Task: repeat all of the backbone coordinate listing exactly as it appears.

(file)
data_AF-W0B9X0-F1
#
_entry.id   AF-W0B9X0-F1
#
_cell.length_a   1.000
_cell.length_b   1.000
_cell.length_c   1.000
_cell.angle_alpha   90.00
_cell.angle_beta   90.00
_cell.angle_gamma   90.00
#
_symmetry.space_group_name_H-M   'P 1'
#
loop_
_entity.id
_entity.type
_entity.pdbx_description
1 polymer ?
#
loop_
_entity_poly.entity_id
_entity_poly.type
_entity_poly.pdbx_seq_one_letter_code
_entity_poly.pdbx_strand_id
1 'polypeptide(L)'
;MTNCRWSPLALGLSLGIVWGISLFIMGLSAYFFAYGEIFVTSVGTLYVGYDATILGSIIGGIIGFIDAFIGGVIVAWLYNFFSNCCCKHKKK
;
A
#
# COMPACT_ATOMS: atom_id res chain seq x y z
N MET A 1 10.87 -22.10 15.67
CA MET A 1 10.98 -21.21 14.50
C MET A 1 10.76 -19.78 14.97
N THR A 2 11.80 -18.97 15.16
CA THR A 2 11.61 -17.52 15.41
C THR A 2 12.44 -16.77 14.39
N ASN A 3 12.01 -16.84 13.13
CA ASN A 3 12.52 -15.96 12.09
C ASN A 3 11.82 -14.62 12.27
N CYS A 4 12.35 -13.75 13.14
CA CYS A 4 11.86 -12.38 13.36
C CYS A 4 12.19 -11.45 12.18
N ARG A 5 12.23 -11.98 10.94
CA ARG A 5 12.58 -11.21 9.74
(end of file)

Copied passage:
data_AF-W0B9X0-F1
#
_entry.id   AF-W0B9X0-F1
#
_cell.length_a   1.000
_cell.length_b   1.000
_cell.length_c   1.000
_cell.angle_alpha   90.00
_cell.angle_beta   90.00
_cell.angle_gamma   90.00
#
_symmetry.space_group_name_H-M   'P 1'
#
loop_
_entity.id
_entity.type
_entity.pdbx_description
1 polymer ?
#
loop_
_entity_poly.entity_id
_entity_poly.type
_entity_poly.pdbx_seq_one_letter_code
_entity_poly.pdbx_strand_id
1 'polypeptide(L)'
;MTNCRWSPLALGLSLGIVWGISLFIMGLSAYFFAYGEIFVTSVGTLYVGYDATILGSIIGGIIGFIDAFIGGVIVAWLYNFFSNCCCKHKKK
;
A
#
# COMPACT_ATOMS: atom_id res chain seq x y z
N MET A 1 10.87 -22.10 15.67
CA MET A 1 10.98 -21.21 14.50
C MET A 1 10.76 -19.78 14.97
N THR A 2 11.80 -18.97 15.16
CA THR A 2 11.61 -17.52 15.41
C THR A 2 12.44 -16.77 14.39
N ASN A 3 12.01 -16.84 13.13
CA ASN A 3 12.52 -15.96 12.09
C ASN A 3 11.82 -14.62 12.27
N CYS A 4 12.35 -13.75 13.14
CA CYS A 4 11.86 -12.38 13.36
C CYS A 4 12.19 -11.45 12.18
N ARG A 5 12.23 -11.98 10.94
CA ARG A 5 12.58 -11.21 9.74